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Shipping Sub Agency Agreement

However, compensation does not cover matters resulting from the premeditation or negligence of the sub-agent. Although the FONASBA Standard Liner Agency Agreement contains a similar clause obliging the carrier to compensate the agent, most agreements drawn up by liner companies or their lawyers do not contain any such provision. It is therefore important that officers make efforts to negotiate the inclusion of such a clause when they are first appointed by a new line leader. In practice, there may of course be difficulties in convincing a head of line that the sub-agents thus designated by the Plenipotentiary-General actually act as representatives of the contracting authority. A similar case was heard in Canada in 1986 concerning the bankruptcy of a general agent. Once again, the sub-representatives failed to convince the Tribunal that there was a „contractual relationship” (the contractual relationship between the two parties) between the contracting authority and the sub-representative. The Canadian court was referred to an English case, Calico Printers` Association v. Barclays Bank, and more specifically to the judgment of Wright J. who stated that the agency`s appointment agreement contains a number of standard provisions for the appointment of an agent for a single port port call. The contract shall be concluded between the agent and a shipowner, ship operator, charterer or manager and shall determine the services to be provided and the remuneration to be paid. This contract was published on January 9, 2017 and is the latest issue.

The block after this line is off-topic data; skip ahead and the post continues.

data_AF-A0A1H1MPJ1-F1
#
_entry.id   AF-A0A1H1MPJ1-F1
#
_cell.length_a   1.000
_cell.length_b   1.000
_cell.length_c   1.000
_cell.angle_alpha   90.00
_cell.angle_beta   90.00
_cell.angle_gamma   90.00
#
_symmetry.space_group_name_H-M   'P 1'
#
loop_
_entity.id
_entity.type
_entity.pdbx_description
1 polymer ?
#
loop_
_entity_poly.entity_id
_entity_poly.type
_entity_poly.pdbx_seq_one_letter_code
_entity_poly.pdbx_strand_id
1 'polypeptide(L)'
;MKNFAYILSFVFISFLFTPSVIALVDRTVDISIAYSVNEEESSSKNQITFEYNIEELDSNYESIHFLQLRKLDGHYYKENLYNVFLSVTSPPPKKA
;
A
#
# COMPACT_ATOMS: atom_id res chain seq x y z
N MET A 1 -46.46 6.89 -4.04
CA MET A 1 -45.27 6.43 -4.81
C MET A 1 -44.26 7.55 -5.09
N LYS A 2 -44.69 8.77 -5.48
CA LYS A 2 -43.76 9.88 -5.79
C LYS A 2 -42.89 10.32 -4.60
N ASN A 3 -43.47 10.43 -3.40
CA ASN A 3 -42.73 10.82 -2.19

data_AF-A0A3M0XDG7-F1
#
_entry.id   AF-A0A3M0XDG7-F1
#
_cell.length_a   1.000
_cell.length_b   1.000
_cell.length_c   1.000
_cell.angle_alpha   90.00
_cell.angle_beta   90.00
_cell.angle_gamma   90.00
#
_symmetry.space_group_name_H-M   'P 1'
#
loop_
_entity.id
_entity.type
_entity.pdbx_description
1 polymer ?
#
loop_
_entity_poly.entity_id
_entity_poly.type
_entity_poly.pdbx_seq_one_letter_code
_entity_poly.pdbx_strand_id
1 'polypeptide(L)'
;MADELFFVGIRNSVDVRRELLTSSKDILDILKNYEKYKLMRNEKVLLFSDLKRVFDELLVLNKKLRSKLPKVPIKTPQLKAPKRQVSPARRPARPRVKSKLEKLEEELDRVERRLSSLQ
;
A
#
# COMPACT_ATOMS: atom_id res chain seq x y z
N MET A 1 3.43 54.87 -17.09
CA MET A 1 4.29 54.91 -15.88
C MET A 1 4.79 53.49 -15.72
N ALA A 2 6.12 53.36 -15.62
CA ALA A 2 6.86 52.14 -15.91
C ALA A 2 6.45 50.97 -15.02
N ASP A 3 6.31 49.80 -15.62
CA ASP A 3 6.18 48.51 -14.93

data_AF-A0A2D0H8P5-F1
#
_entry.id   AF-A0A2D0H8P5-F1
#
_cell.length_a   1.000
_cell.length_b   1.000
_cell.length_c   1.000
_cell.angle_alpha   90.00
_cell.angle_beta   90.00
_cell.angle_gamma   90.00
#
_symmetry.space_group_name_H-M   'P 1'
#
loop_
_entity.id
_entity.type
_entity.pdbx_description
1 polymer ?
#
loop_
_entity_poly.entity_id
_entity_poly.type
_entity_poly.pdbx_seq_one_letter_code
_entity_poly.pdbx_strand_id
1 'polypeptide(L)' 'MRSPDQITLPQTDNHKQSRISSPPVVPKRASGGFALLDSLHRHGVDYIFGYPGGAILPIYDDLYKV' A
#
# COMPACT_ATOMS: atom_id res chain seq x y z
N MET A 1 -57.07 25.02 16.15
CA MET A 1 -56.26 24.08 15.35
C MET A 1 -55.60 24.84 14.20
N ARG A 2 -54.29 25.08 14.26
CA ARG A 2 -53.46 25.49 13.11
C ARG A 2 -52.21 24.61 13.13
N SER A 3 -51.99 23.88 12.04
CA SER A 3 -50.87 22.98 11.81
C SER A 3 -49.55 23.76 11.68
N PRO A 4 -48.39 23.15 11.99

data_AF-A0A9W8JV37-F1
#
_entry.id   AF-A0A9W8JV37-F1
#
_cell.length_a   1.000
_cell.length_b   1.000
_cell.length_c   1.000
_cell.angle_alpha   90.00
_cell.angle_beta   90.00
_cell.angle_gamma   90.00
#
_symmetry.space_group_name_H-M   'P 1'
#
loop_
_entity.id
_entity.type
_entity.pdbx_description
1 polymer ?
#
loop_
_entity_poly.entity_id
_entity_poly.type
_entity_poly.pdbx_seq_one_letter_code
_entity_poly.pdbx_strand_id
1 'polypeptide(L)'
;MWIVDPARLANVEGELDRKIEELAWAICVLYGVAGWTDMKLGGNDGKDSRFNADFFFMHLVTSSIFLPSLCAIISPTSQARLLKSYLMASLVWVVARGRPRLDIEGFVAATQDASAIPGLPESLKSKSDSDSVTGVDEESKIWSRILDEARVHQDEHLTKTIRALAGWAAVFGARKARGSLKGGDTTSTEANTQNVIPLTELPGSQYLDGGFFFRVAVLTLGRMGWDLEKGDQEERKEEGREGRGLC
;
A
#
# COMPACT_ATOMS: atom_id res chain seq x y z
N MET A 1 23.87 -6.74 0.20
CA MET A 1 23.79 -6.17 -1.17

The copyright of the agency agreement belongs to FONASBA. The editors are BIMCO and FONASBA. The facts were as follows: E.S. Binnings („Binnings”), an agent in Gulf ports, sued the shipping company for a commission of about 500,000 $US. The shipping company had previously hired a New York steamboat agent, F.W. Hartmann & Co. Inc. („Hartmann”), as a general agent for regular operations in North America.

The contract between Hartmann and the shipping company allowed Hartmann to appoint sub-agents at ports where Hartmann had no office. Hartmann appointed Binnings as Hartmann`s deputy agent for the Gulf of the United States and the ports of New Orleans and Houston. This contract between Hartmann and Binnings required the former to pay a 3% commission on all shipments shipped via New Orleans and Houston. Between 1981 and 1984, Hartmann`s financial situation deteriorated, and over the years 1983 and 1984, Hartmann`s Binning promissor notes accepted more than $300,000 for unpaid commissions. Subsequently, Hartmann ended the trade and Binnings tried to recover from the shipping company. The court found that there had never been a contract between the shipping company and Binnings and that the former had no responsibility for the commissions of the latter. . . .

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